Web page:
The Iowa Leopold Conservation Award is made possible through the generous support of American Farmland Trust, Conservation Districts of Iowa, Farmers National Company, Practical Farmers of Iowa, Sand County Foundation, Soil Regen, USDA Natural Resources Conservation Service, Nancy and Marc DeLong, Iowa Corn, Iowa Agriculture Water Alliance, and Iowa Farmers Union.
In his influential 1949 book, A Sand County Almanac, Leopold called for an ethical relationship between people and the land they own and manage, which he called “an evolutionary possibility and an ecological necessity.” Sand County Foundation presents the Leopold Conservation Award to private landowners in 24 states with a variety of conservation, agricultural and forestry organizations.
Seth Watkins was 10 years old when he nursed a cold, muddy calf back to health in the warmth of the family farmhouse with a shot of Bourbon. It was a formative event for a young caretaker who now uses cattle to help heal his farm’s landscape.
The land Seth farms with his wife Christy, and children Spencer and Tatum, has been in his family since 1848. His ancestors inherited deep, rich soils on the Southern Iowa Drift Plain, but that changed over time. Prairie was plowed under to grow corn. Erosion from gullies and ditches increased while biodiversity diminished.
When Seth inherited and bought parts of what would become Pinhook Farm in the 1990s, he had a different vision. He would emulate how Native Americans once stewarded the land by not tilling it, and return much of it to grass to rotationally graze livestock rather than grow row crops.
Yet Seth knew he couldn’t attain sustainability without profitability. Early in his career he created a business plan that convinced Fontanelle Hybrids to buy enough land in Iowa to graze 450 beef cattle that he would manage. Today, Seth manages about 900 acres of crops, prairie, and forests for other landowners across Page, Taylor and Adams counties. The Watkins own 320 acres and rent 2,790 acres to grow the grass, hay and corn needed to feed their herd of 600 beef cow-calf pairs.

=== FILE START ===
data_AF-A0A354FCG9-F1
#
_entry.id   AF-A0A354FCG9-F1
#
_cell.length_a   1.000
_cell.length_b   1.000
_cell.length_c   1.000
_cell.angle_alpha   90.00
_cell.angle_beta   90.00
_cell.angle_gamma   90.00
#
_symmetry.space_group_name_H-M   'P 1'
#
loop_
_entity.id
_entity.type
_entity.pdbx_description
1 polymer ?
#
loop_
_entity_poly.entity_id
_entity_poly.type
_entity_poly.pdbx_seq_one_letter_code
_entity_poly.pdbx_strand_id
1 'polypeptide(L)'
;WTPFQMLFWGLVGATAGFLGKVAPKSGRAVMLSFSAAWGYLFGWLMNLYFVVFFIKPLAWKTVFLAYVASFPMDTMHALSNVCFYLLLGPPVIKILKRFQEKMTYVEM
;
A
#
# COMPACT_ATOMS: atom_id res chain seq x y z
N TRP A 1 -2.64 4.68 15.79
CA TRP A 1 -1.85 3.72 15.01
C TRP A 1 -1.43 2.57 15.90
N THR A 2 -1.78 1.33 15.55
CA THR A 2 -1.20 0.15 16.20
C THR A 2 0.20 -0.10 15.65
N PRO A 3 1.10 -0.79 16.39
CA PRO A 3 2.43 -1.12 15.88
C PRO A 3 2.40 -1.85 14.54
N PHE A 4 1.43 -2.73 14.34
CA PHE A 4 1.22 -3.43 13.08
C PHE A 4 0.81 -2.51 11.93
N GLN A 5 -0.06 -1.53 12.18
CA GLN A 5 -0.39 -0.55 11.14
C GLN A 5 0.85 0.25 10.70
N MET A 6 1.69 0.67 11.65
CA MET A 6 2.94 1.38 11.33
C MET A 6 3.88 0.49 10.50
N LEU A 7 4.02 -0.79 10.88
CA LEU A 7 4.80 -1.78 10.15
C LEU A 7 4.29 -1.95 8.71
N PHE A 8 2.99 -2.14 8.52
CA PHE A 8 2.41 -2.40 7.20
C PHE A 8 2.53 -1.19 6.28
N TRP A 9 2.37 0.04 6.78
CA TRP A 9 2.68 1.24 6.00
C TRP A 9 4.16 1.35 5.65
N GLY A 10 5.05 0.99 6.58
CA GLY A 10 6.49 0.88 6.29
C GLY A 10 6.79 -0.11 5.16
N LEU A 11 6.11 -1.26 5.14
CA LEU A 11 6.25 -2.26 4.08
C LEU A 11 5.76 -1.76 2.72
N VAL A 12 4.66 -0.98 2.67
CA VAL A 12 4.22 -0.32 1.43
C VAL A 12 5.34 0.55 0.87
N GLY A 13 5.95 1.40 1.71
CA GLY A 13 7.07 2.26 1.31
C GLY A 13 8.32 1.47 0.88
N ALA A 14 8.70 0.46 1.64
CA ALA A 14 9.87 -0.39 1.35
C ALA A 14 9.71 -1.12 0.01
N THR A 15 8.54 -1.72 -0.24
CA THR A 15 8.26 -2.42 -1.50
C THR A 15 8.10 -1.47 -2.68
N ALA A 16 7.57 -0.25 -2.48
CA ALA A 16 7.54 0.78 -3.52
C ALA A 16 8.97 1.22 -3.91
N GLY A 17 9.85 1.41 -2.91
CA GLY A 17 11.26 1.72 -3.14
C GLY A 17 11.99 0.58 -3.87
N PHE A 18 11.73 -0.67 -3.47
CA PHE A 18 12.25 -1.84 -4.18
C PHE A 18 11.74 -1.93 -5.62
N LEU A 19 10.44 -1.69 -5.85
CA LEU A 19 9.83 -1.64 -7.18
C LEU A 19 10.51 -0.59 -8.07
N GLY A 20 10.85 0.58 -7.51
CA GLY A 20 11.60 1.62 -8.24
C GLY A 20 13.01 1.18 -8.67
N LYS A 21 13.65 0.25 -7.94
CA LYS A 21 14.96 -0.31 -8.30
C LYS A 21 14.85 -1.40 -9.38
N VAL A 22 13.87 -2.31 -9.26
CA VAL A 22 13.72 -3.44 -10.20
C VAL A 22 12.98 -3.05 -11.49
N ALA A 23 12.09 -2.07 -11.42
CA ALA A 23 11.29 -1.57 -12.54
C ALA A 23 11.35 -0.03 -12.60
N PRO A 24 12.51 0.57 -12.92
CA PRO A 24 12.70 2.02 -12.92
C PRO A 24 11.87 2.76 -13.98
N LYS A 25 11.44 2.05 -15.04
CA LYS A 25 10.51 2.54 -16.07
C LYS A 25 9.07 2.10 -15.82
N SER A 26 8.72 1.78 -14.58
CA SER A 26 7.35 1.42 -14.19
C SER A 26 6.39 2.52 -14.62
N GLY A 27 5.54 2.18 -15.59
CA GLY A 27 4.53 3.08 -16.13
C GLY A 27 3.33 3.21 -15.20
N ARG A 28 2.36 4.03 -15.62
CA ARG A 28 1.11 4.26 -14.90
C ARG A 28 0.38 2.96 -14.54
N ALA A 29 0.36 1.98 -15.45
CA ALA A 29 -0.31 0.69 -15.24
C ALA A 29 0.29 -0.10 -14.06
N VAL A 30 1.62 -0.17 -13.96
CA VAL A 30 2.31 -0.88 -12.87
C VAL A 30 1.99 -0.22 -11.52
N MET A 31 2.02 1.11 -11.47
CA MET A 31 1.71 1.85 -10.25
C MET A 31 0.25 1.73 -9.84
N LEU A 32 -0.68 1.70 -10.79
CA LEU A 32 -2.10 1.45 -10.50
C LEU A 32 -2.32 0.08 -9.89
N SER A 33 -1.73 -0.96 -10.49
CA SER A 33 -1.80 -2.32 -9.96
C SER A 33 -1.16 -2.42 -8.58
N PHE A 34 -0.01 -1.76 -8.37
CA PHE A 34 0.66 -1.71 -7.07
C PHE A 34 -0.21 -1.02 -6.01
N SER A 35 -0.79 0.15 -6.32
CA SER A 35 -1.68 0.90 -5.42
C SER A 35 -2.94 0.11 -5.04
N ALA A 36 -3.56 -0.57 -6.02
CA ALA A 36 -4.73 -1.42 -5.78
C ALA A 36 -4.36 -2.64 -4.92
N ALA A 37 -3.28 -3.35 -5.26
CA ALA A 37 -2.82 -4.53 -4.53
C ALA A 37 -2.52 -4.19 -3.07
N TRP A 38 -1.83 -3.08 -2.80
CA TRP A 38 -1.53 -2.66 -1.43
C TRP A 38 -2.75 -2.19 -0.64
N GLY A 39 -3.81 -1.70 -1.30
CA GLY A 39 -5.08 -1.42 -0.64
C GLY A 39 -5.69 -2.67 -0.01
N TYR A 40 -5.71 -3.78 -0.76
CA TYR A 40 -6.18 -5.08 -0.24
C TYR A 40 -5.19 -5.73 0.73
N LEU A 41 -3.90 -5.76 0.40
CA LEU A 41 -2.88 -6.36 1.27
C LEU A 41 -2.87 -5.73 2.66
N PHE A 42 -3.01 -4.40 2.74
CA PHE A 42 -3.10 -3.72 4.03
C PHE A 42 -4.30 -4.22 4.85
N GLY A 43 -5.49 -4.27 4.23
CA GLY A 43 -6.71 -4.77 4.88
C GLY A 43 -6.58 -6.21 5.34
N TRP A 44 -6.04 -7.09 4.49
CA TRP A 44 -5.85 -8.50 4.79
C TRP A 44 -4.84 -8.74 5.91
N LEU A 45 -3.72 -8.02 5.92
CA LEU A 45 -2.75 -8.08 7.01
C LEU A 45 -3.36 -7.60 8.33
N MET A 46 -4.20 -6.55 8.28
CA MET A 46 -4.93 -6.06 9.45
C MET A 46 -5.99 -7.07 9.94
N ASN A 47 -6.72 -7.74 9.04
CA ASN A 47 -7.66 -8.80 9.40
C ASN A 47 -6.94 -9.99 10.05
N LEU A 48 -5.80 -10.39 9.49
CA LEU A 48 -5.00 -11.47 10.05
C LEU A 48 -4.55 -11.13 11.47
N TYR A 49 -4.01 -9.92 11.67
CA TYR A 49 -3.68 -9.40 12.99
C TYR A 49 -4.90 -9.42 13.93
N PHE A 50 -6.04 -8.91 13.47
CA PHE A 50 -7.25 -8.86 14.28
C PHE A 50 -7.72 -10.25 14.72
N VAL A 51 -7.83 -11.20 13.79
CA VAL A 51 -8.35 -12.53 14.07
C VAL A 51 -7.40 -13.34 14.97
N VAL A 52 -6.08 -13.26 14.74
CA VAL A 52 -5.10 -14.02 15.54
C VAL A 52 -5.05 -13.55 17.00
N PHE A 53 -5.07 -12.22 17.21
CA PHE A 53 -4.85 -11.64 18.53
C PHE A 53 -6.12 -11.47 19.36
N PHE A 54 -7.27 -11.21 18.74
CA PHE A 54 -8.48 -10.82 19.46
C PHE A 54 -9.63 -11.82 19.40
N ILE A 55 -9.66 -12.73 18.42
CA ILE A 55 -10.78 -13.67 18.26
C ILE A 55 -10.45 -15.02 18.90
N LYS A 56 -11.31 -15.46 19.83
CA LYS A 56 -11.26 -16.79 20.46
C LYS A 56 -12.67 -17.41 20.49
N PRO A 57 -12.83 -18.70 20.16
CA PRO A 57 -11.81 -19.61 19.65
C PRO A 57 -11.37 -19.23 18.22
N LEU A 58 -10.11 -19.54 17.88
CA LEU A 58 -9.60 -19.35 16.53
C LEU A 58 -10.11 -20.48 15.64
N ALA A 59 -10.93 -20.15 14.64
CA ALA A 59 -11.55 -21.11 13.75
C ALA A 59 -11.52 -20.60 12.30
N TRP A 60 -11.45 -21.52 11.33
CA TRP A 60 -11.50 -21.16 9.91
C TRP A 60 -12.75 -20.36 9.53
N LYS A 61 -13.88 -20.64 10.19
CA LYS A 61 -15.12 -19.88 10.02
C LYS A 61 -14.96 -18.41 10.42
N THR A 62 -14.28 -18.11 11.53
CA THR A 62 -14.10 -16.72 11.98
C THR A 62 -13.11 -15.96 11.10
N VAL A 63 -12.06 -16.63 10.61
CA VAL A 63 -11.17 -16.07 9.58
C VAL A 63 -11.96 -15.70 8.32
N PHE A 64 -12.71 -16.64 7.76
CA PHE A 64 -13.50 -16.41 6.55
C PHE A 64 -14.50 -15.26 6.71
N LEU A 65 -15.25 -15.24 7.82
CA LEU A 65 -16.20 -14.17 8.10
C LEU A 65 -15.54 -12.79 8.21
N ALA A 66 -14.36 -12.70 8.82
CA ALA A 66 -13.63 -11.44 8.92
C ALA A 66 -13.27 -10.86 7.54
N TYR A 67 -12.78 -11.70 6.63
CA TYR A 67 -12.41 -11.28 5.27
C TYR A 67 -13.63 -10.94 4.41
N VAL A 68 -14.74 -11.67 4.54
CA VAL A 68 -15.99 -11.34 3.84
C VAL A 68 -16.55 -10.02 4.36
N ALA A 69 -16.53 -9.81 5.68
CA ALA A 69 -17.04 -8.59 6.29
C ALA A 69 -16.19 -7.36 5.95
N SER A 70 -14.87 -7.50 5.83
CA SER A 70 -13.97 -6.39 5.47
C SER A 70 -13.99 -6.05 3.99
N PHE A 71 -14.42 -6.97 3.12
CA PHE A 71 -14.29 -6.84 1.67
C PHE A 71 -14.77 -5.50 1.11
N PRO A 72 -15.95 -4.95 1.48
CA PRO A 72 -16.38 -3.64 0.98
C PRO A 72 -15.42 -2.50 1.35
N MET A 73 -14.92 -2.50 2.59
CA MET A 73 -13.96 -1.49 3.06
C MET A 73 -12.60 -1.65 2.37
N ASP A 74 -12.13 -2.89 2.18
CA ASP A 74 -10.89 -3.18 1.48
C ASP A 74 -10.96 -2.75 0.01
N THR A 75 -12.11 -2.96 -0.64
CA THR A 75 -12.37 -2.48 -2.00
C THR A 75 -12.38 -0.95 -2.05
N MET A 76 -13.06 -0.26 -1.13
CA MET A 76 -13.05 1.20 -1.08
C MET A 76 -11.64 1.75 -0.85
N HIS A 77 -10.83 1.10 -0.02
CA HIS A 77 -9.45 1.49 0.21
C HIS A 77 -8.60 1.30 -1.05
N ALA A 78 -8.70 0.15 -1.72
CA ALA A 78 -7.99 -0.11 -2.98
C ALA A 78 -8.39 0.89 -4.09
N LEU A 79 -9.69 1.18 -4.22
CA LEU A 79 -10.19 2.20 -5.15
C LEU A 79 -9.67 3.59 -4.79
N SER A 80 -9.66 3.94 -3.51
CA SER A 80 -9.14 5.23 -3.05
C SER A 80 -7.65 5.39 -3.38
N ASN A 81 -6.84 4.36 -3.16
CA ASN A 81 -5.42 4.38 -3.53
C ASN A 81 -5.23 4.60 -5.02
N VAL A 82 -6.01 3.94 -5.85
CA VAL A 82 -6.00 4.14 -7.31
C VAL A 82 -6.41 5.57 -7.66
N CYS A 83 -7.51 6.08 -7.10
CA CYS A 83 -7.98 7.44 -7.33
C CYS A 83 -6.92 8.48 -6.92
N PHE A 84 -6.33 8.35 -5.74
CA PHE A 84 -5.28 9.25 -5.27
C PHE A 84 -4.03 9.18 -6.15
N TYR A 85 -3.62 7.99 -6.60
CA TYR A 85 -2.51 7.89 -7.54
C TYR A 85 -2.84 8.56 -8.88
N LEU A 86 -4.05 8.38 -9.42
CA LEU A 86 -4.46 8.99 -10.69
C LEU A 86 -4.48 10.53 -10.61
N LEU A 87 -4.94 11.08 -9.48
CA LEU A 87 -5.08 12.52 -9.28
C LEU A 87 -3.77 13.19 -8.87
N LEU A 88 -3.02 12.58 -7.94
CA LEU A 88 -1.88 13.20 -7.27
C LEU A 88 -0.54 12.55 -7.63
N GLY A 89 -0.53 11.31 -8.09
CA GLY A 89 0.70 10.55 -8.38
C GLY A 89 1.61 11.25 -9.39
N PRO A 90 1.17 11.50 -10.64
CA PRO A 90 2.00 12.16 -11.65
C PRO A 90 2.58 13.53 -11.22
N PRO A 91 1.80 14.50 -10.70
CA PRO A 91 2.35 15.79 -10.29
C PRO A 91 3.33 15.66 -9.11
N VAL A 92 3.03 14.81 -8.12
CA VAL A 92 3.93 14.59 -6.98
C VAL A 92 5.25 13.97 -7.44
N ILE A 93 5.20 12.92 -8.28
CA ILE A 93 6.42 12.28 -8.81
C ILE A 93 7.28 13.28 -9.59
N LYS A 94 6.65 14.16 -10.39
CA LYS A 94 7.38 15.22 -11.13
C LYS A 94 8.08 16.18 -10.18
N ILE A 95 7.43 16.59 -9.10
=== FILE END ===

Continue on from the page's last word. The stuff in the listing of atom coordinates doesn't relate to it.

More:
Early on, Seth seeded new pastures for rotational grazing, and used cover crops and a no-till cropping system to reduce erosion while increasing the soil’s capacity to infiltrate and hold water. He relied on geospatial technology to determine which conservation practices would benefit different parts of the farm.
Seth removed ditches, built 14 ponds and established a wetland to naturally drain hundreds of acres of his farmland. Another 42 ponds have been built on land under his management. To diversify his farm’s income and provide wildlife habitat, Seth regularly plants nut and fruit-bearing trees around ponds that are restricted from livestock.
Seth credits his conservation ethic to having artistic parents, and to his own love of learning. Although the 1980s farm crisis denied him a college education, he’s as an avid reader and regular participant in on-farm research projects related to growing cover crops and integrating prairie strips into crop fields.
Seth will be first to tell you his neighbors think he’s crazy. That doesn’t stop him from doing right by the land, and talking about it to anybody who will listen. That includes his advocacy for getting more marginal farmland enrolled into the federal Conservation Reserve Program for environmentally-sensitive areas.
The 100 acres enrolled in CRP at Pinhook Farm are restored prairies and windbreaks, shallow water habitats, and riparian buffers. All of these areas have seen in influx of songbirds, Monarch butterflies and beneficial pollinators.
In looking to the future, the Watkins entered into a permanent conservation easement that ensures Pinhook Farm will always be protected from the plow.
As for the calf that was nursed with Bourbon. Seth named her Scotch, and she lived to the ripe old age of 15.
Just as Pinhook Farm’s landscape has evolved, Seth says he always thought cattle were what he loved about agriculture, but he’s come to see it’s the land he truly loves.